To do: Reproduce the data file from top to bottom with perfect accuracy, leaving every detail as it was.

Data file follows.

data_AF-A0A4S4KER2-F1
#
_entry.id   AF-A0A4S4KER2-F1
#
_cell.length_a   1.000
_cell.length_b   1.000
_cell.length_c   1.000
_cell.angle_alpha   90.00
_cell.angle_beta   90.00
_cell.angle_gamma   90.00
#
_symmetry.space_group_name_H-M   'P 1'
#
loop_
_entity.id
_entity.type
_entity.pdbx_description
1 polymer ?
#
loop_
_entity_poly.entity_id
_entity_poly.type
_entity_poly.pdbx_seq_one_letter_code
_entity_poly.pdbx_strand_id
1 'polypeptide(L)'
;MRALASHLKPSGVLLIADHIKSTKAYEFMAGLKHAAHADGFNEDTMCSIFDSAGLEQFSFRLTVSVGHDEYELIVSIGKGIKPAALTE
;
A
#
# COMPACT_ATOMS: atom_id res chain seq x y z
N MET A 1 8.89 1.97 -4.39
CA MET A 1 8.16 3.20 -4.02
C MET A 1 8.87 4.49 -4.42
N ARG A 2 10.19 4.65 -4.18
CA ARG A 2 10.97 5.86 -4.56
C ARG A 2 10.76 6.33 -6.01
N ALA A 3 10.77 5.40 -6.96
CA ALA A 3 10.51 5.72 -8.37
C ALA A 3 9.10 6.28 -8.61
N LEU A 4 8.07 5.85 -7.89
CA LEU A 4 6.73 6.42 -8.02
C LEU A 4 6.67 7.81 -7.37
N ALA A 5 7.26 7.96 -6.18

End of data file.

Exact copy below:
data_AF-A0A4S4KER2-F1
#
_entry.id   AF-A0A4S4KER2-F1
#
_cell.length_a   1.000
_cell.length_b   1.000
_cell.length_c   1.000
_cell.angle_alpha   90.00
_cell.angle_beta   90.00
_cell.angle_gamma   90.00
#
_symmetry.space_group_name_H-M   'P 1'
#
loop_
_entity.id
_entity.type
_entity.pdbx_description
1 polymer ?
#
loop_
_entity_poly.entity_id
_entity_poly.type
_entity_poly.pdbx_seq_one_letter_code
_entity_poly.pdbx_strand_id
1 'polypeptide(L)'
;MRALASHLKPSGVLLIADHIKSTKAYEFMAGLKHAAHADGFNEDTMCSIFDSAGLEQFSFRLTVSVGHDEYELIVSIGKGIKPAALTE
;
A
#
# COMPACT_ATOMS: atom_id res chain seq x y z
N MET A 1 8.89 1.97 -4.39
CA MET A 1 8.16 3.20 -4.02
C MET A 1 8.87 4.49 -4.42
N ARG A 2 10.19 4.65 -4.18
CA ARG A 2 10.97 5.86 -4.56
C ARG A 2 10.76 6.33 -6.01
N ALA A 3 10.77 5.40 -6.96
CA ALA A 3 10.51 5.72 -8.37
C ALA A 3 9.10 6.28 -8.61
N LEU A 4 8.07 5.85 -7.89
CA LEU A 4 6.73 6.42 -8.02
C LEU A 4 6.67 7.81 -7.37
N ALA A 5 7.26 7.96 -6.18